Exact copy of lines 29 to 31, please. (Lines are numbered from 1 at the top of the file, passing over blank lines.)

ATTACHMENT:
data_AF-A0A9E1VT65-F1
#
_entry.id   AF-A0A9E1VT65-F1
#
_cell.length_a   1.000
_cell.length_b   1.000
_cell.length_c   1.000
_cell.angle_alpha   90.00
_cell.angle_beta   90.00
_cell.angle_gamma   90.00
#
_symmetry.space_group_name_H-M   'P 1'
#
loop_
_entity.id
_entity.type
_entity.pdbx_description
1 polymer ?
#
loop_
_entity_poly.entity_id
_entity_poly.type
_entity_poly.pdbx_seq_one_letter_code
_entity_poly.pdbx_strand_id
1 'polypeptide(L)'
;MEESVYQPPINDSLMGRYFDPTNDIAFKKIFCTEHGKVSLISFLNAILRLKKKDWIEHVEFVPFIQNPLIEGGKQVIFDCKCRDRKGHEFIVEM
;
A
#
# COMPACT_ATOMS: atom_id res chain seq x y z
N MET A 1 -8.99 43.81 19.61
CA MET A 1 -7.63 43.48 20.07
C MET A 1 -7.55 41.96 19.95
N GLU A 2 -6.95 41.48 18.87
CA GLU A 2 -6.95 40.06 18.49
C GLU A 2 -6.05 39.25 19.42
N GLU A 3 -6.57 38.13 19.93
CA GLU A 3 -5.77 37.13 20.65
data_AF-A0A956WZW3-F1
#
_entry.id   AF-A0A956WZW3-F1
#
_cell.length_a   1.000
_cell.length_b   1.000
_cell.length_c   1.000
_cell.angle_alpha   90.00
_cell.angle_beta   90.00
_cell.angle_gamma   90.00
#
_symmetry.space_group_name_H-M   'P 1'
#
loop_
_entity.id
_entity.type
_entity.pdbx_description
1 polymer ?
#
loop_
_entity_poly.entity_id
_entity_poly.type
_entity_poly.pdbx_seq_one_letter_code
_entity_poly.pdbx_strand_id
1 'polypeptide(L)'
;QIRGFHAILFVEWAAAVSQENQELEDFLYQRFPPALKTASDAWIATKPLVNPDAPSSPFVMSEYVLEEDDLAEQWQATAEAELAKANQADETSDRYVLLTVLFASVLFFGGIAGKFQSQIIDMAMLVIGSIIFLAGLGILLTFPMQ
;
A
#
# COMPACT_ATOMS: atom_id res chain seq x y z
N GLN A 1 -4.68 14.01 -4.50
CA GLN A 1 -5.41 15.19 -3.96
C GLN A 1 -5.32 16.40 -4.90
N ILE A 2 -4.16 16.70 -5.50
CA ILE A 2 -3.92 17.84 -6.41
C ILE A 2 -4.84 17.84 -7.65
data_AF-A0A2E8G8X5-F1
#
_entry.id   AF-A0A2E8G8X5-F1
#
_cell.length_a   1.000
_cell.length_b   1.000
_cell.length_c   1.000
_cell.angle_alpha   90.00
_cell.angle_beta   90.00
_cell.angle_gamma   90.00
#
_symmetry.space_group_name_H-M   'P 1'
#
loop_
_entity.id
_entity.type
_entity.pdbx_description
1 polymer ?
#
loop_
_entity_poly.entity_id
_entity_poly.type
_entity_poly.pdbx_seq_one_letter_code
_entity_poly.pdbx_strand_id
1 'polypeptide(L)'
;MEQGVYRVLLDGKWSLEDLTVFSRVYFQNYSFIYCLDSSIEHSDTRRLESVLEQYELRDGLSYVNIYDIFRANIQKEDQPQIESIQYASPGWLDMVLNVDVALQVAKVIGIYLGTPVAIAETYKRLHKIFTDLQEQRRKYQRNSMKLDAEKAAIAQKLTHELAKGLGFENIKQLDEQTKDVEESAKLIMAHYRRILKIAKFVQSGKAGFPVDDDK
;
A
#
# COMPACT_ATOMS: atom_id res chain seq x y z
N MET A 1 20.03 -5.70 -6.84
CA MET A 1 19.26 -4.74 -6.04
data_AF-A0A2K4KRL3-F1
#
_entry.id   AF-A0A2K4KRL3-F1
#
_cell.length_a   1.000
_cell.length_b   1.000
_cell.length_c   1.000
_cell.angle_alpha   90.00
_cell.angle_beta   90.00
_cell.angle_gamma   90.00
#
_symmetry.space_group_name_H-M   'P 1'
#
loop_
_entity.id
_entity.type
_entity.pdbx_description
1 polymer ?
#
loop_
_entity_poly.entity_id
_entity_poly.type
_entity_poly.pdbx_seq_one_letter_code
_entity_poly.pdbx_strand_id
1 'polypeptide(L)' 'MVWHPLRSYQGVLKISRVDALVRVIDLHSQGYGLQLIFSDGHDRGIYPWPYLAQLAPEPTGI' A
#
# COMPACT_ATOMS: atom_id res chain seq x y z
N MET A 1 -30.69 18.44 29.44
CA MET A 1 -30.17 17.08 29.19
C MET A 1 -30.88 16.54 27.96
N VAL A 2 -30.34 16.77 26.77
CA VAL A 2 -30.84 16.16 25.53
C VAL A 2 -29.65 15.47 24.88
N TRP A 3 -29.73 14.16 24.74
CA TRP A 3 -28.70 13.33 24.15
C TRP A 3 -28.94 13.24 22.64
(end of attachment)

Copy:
#
# COMPACT_ATOMS: atom_id res chain seq x y z
N MET A 1 -8.99 43.81 19.61